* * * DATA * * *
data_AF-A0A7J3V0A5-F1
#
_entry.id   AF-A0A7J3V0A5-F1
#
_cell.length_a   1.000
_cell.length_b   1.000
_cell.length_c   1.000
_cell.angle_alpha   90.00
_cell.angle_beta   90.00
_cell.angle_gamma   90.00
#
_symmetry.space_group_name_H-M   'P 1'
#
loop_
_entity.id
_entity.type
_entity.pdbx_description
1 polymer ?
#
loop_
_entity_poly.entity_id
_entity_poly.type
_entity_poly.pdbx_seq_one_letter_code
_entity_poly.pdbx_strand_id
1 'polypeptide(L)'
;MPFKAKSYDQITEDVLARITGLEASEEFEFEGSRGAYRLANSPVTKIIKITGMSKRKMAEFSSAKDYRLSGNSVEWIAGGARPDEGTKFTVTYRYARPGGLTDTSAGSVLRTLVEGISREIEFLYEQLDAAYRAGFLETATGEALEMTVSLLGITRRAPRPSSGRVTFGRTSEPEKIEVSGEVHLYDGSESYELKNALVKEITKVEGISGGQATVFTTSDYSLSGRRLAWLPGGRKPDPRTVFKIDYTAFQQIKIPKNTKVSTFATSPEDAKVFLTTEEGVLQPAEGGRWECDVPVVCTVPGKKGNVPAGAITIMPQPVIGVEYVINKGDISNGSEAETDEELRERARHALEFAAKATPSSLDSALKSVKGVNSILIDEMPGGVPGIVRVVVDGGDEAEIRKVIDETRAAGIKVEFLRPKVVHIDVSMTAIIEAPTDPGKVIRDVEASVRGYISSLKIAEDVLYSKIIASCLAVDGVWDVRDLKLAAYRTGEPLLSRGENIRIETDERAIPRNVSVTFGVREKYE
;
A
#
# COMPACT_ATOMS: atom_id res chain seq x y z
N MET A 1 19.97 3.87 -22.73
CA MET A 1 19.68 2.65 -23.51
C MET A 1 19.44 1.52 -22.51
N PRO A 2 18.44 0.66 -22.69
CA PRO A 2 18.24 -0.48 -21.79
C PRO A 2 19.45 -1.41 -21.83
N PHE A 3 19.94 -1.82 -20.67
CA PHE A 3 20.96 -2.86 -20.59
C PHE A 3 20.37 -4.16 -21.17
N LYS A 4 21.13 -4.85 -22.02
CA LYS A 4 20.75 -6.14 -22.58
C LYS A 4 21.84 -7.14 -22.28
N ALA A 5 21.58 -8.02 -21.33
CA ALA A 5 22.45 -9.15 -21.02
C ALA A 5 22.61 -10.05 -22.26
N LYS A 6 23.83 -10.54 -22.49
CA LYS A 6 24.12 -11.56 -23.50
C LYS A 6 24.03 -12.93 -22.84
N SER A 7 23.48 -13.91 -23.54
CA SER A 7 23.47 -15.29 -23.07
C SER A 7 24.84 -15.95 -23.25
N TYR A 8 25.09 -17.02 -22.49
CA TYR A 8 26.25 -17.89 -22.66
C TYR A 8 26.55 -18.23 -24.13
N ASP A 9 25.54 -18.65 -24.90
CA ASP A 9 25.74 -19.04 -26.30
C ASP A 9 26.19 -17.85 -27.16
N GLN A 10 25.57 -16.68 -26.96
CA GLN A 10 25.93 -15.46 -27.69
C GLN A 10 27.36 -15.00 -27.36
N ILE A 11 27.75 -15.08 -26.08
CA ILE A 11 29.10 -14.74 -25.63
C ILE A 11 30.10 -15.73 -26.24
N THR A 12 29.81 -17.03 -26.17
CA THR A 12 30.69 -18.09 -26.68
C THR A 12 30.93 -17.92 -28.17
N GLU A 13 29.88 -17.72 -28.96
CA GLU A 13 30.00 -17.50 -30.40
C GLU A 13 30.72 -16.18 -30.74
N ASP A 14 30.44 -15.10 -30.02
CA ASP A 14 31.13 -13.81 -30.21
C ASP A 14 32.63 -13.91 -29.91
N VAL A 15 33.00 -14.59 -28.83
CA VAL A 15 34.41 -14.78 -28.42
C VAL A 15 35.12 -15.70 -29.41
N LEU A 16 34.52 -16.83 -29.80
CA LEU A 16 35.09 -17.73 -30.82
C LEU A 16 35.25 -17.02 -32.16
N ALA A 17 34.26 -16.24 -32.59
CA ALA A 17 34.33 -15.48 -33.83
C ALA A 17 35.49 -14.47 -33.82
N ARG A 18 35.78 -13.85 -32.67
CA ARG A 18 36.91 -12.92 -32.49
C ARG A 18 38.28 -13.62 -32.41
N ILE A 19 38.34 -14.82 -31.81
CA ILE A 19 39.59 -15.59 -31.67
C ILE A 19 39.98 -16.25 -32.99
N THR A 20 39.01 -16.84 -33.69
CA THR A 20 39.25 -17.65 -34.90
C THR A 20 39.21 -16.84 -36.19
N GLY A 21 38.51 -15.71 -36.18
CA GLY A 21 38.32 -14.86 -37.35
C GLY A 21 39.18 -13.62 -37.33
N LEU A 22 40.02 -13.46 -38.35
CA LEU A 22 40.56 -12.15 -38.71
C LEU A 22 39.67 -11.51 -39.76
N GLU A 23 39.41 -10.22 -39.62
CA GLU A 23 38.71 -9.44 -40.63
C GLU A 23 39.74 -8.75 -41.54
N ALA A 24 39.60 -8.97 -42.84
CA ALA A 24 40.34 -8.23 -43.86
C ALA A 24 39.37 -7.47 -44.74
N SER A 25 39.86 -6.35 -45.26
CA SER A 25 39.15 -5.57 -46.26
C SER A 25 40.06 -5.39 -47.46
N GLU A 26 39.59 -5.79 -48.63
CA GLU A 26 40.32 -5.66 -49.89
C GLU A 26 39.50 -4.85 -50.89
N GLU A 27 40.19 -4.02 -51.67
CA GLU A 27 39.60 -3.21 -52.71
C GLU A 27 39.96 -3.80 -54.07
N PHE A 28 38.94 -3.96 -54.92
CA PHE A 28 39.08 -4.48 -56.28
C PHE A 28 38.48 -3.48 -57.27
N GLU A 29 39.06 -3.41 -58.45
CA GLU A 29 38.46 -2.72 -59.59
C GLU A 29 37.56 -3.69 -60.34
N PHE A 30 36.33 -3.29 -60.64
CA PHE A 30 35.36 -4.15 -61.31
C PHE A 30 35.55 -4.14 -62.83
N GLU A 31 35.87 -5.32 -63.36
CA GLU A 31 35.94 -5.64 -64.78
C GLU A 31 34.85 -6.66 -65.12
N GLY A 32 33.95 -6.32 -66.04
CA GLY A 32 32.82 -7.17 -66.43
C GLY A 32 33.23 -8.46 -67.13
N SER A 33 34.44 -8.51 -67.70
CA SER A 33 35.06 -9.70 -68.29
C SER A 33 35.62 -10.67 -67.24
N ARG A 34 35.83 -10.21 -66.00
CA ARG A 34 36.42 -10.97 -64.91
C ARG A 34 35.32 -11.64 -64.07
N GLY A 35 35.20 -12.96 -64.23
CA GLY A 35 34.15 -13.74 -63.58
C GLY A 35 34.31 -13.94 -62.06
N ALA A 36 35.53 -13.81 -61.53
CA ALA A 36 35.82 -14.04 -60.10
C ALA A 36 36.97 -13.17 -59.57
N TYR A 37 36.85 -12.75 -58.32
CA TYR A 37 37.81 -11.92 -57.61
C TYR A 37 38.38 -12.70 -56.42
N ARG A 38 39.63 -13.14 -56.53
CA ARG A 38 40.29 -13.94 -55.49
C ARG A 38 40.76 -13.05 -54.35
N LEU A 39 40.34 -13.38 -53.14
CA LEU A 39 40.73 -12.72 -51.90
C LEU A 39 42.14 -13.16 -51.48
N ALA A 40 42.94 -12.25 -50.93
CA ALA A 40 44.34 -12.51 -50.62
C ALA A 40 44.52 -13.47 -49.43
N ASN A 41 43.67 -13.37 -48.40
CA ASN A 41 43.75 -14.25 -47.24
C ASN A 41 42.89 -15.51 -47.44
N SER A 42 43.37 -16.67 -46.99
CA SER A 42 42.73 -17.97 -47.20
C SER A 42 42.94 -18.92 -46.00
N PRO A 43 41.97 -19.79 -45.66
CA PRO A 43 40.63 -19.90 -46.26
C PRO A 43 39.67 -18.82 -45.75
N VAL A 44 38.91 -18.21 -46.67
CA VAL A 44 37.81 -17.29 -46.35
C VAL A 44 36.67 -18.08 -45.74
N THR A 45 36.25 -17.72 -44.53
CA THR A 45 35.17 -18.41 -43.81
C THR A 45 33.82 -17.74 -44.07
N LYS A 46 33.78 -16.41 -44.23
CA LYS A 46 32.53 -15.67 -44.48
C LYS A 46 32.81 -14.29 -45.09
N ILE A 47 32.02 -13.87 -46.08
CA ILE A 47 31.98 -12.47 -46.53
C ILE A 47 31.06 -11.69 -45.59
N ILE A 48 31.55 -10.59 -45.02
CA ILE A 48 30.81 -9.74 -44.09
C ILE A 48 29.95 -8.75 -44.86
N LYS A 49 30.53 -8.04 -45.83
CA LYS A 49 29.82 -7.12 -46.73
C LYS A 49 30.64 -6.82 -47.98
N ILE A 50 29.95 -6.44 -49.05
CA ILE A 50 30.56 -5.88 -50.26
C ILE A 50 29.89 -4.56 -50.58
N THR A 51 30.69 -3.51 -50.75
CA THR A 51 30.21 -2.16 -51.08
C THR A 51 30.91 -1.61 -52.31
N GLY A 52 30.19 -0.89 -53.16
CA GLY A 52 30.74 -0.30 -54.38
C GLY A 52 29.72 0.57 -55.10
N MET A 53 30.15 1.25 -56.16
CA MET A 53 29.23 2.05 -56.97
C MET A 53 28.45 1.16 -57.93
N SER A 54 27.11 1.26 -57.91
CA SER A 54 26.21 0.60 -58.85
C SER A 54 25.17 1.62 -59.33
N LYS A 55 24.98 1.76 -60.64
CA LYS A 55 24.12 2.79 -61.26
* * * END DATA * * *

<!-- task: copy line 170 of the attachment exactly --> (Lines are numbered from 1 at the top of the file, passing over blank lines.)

CA ILE A 47 31.98 -12.47 -46.53